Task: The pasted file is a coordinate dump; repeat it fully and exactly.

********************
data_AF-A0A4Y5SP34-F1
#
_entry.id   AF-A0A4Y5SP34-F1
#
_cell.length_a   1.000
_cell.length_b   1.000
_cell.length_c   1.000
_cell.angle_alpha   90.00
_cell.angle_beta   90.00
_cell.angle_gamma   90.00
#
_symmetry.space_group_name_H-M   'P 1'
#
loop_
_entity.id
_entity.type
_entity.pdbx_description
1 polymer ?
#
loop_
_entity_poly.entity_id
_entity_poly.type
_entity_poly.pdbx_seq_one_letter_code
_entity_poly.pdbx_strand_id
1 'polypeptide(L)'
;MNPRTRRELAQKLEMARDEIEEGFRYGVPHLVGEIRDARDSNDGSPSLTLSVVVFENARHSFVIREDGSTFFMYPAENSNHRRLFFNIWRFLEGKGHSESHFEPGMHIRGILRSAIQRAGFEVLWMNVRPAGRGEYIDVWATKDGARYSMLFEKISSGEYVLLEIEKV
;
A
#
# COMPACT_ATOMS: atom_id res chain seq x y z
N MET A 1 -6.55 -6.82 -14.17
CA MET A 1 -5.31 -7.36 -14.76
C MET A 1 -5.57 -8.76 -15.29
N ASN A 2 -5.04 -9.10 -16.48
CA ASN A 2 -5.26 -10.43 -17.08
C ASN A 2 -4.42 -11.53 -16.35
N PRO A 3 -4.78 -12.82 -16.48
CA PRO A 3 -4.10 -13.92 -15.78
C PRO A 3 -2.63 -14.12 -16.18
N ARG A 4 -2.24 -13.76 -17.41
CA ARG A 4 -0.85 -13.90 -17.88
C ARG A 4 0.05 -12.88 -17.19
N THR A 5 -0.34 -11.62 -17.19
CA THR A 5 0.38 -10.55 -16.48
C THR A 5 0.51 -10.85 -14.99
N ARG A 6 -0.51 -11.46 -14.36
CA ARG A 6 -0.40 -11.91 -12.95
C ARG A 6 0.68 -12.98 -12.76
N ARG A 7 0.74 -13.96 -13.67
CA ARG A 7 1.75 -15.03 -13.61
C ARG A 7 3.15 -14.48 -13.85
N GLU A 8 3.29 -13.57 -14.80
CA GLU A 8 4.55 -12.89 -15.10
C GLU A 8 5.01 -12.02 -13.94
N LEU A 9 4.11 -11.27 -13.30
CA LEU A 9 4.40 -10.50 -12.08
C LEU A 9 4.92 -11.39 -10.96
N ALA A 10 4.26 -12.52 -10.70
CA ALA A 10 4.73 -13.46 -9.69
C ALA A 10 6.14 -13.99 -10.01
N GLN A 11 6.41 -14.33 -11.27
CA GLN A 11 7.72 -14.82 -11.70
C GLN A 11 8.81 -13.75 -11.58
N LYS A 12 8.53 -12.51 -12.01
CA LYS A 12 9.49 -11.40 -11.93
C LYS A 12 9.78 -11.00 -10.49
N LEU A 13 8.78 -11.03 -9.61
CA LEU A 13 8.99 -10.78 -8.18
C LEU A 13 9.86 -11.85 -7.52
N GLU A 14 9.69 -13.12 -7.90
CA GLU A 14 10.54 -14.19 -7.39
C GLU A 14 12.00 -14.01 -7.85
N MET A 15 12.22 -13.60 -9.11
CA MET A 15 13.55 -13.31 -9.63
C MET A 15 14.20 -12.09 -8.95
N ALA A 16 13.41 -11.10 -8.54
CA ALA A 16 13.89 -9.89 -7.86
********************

data_AF-A0A4Y5SP34-F1
#
_entry.id   AF-A0A4Y5SP34-F1
#
_cell.length_a   1.000
_cell.length_b   1.000
_cell.length_c   1.000
_cell.angle_alpha   90.00
_cell.angle_beta   90.00
_cell.angle_gamma   90.00
#
_symmetry.space_group_name_H-M   'P 1'
#
loop_
_entity.id
_entity.type
_entity.pdbx_description
1 polymer ?
#
loop_
_entity_poly.entity_id
_entity_poly.type
_entity_poly.pdbx_seq_one_letter_code
_entity_poly.pdbx_strand_id
1 'polypeptide(L)'
;MNPRTRRELAQKLEMARDEIEEGFRYGVPHLVGEIRDARDSNDGSPSLTLSVVVFENARHSFVIREDGSTFFMYPAENSNHRRLFFNIWRFLEGKGHSESHFEPGMHIRGILRSAIQRAGFEVLWMNVRPAGRGEYIDVWATKDGARYSMLFEKISSGEYVLLEIEKV
;
A
#
# COMPACT_ATOMS: atom_id res chain seq x y z
N MET A 1 -6.55 -6.82 -14.17
CA MET A 1 -5.31 -7.36 -14.76
C MET A 1 -5.57 -8.76 -15.29
N ASN A 2 -5.04 -9.10 -16.48
CA ASN A 2 -5.26 -10.43 -17.08
C ASN A 2 -4.42 -11.53 -16.35
N PRO A 3 -4.78 -12.82 -16.48
CA PRO A 3 -4.10 -13.92 -15.78
C PRO A 3 -2.63 -14.12 -16.18
N ARG A 4 -2.24 -13.76 -17.41
CA ARG A 4 -0.85 -13.90 -17.88
C ARG A 4 0.05 -12.88 -17.19
N THR A 5 -0.34 -11.62 -17.19
CA THR A 5 0.38 -10.55 -16.48
C THR A 5 0.51 -10.85 -14.99
N ARG A 6 -0.51 -11.46 -14.36
CA ARG A 6 -0.40 -11.91 -12.95
C ARG A 6 0.68 -12.98 -12.76
N ARG A 7 0.74 -13.96 -13.67
CA ARG A 7 1.75 -15.03 -13.61
C ARG A 7 3.15 -14.48 -13.85
N GLU A 8 3.29 -13.57 -14.80
CA GLU A 8 4.55 -12.89 -15.10
C GLU A 8 5.01 -12.02 -13.94
N LEU A 9 4.11 -11.27 -13.30
CA LEU A 9 4.40 -10.50 -12.08
C LEU A 9 4.92 -11.39 -10.96
N ALA A 10 4.26 -12.52 -10.70
CA ALA A 10 4.73 -13.46 -9.69
C ALA A 10 6.14 -13.99 -10.01
N GLN A 11 6.41 -14.33 -11.27
CA GLN A 11 7.72 -14.82 -11.70
C GLN A 11 8.81 -13.75 -11.58
N LYS A 12 8.53 -12.51 -12.01
CA LYS A 12 9.49 -11.40 -11.93
C LYS A 12 9.78 -11.00 -10.49
N LEU A 13 8.78 -11.03 -9.61
CA LEU A 13 8.99 -10.78 -8.18
C LEU A 13 9.86 -11.85 -7.52
N GLU A 14 9.69 -13.12 -7.90
CA GLU A 14 10.54 -14.19 -7.39
C GLU A 14 12.00 -14.01 -7.85
N MET A 15 12.22 -13.60 -9.11
CA MET A 15 13.55 -13.31 -9.63
C MET A 15 14.20 -12.09 -8.95
N ALA A 16 13.41 -11.10 -8.54
CA ALA A 16 13.89 -9.89 -7.86